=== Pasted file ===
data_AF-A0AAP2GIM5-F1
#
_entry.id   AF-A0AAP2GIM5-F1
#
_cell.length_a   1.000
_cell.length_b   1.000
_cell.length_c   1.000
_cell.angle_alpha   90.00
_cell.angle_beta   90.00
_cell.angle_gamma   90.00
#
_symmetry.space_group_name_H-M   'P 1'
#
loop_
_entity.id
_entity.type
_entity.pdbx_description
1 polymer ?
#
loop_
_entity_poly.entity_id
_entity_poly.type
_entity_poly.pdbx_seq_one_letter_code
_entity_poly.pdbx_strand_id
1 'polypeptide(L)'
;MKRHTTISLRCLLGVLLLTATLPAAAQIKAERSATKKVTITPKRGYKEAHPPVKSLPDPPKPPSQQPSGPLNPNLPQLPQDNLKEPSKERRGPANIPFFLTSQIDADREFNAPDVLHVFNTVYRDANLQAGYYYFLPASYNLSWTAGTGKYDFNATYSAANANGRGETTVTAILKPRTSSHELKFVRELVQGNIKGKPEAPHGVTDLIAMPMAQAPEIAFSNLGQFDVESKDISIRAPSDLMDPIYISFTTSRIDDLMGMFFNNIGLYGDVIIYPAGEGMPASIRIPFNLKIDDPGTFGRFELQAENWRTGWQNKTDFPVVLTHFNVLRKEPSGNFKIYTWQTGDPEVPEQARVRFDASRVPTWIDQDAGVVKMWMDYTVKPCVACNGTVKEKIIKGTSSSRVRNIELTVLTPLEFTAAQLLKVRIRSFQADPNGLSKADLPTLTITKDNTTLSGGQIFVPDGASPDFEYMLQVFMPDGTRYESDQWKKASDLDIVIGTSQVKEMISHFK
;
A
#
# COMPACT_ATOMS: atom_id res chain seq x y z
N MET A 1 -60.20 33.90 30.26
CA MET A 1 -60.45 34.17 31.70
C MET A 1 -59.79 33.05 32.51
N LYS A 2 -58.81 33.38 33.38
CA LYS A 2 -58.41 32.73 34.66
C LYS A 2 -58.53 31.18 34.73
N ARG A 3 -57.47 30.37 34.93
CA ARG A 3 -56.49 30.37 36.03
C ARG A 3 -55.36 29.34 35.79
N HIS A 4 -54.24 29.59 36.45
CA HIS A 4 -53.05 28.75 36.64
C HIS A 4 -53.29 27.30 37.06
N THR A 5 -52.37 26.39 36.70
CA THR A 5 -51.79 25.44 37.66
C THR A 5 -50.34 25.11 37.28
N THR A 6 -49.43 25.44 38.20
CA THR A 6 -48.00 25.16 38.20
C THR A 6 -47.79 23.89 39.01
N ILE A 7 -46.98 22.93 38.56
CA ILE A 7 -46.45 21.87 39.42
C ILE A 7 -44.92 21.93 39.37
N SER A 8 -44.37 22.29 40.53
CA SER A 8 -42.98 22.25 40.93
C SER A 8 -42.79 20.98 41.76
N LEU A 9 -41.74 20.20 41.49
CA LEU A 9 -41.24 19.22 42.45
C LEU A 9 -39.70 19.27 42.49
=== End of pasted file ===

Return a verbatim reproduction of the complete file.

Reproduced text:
data_AF-A0AAP2GIM5-F1
#
_entry.id   AF-A0AAP2GIM5-F1
#
_cell.length_a   1.000
_cell.length_b   1.000
_cell.length_c   1.000
_cell.angle_alpha   90.00
_cell.angle_beta   90.00
_cell.angle_gamma   90.00
#
_symmetry.space_group_name_H-M   'P 1'
#
loop_
_entity.id
_entity.type
_entity.pdbx_description
1 polymer ?
#
loop_
_entity_poly.entity_id
_entity_poly.type
_entity_poly.pdbx_seq_one_letter_code
_entity_poly.pdbx_strand_id
1 'polypeptide(L)'
;MKRHTTISLRCLLGVLLLTATLPAAAQIKAERSATKKVTITPKRGYKEAHPPVKSLPDPPKPPSQQPSGPLNPNLPQLPQDNLKEPSKERRGPANIPFFLTSQIDADREFNAPDVLHVFNTVYRDANLQAGYYYFLPASYNLSWTAGTGKYDFNATYSAANANGRGETTVTAILKPRTSSHELKFVRELVQGNIKGKPEAPHGVTDLIAMPMAQAPEIAFSNLGQFDVESKDISIRAPSDLMDPIYISFTTSRIDDLMGMFFNNIGLYGDVIIYPAGEGMPASIRIPFNLKIDDPGTFGRFELQAENWRTGWQNKTDFPVVLTHFNVLRKEPSGNFKIYTWQTGDPEVPEQARVRFDASRVPTWIDQDAGVVKMWMDYTVKPCVACNGTVKEKIIKGTSSSRVRNIELTVLTPLEFTAAQLLKVRIRSFQADPNGLSKADLPTLTITKDNTTLSGGQIFVPDGASPDFEYMLQVFMPDGTRYESDQWKKASDLDIVIGTSQVKEMISHFK
;
A
#
# COMPACT_ATOMS: atom_id res chain seq x y z
N MET A 1 -60.20 33.90 30.26
CA MET A 1 -60.45 34.17 31.70
C MET A 1 -59.79 33.05 32.51
N LYS A 2 -58.81 33.38 33.38
CA LYS A 2 -58.41 32.73 34.66
C LYS A 2 -58.53 31.18 34.73
N ARG A 3 -57.47 30.37 34.93
CA ARG A 3 -56.49 30.37 36.03
C ARG A 3 -55.36 29.34 35.79
N HIS A 4 -54.24 29.59 36.45
CA HIS A 4 -53.05 28.75 36.64
C HIS A 4 -53.29 27.30 37.06
N THR A 5 -52.37 26.39 36.70
CA THR A 5 -51.79 25.44 37.66
C THR A 5 -50.34 25.11 37.28
N THR A 6 -49.43 25.44 38.20
CA THR A 6 -48.00 25.16 38.20
C THR A 6 -47.79 23.89 39.01
N ILE A 7 -46.98 22.93 38.56
CA ILE A 7 -46.45 21.87 39.42
C ILE A 7 -44.92 21.93 39.37
N SER A 8 -44.37 22.29 40.53
CA SER A 8 -42.98 22.25 40.93
C SER A 8 -42.79 20.98 41.76
N LEU A 9 -41.74 20.20 41.49
CA LEU A 9 -41.24 19.22 42.45
C LEU A 9 -39.70 19.27 42.49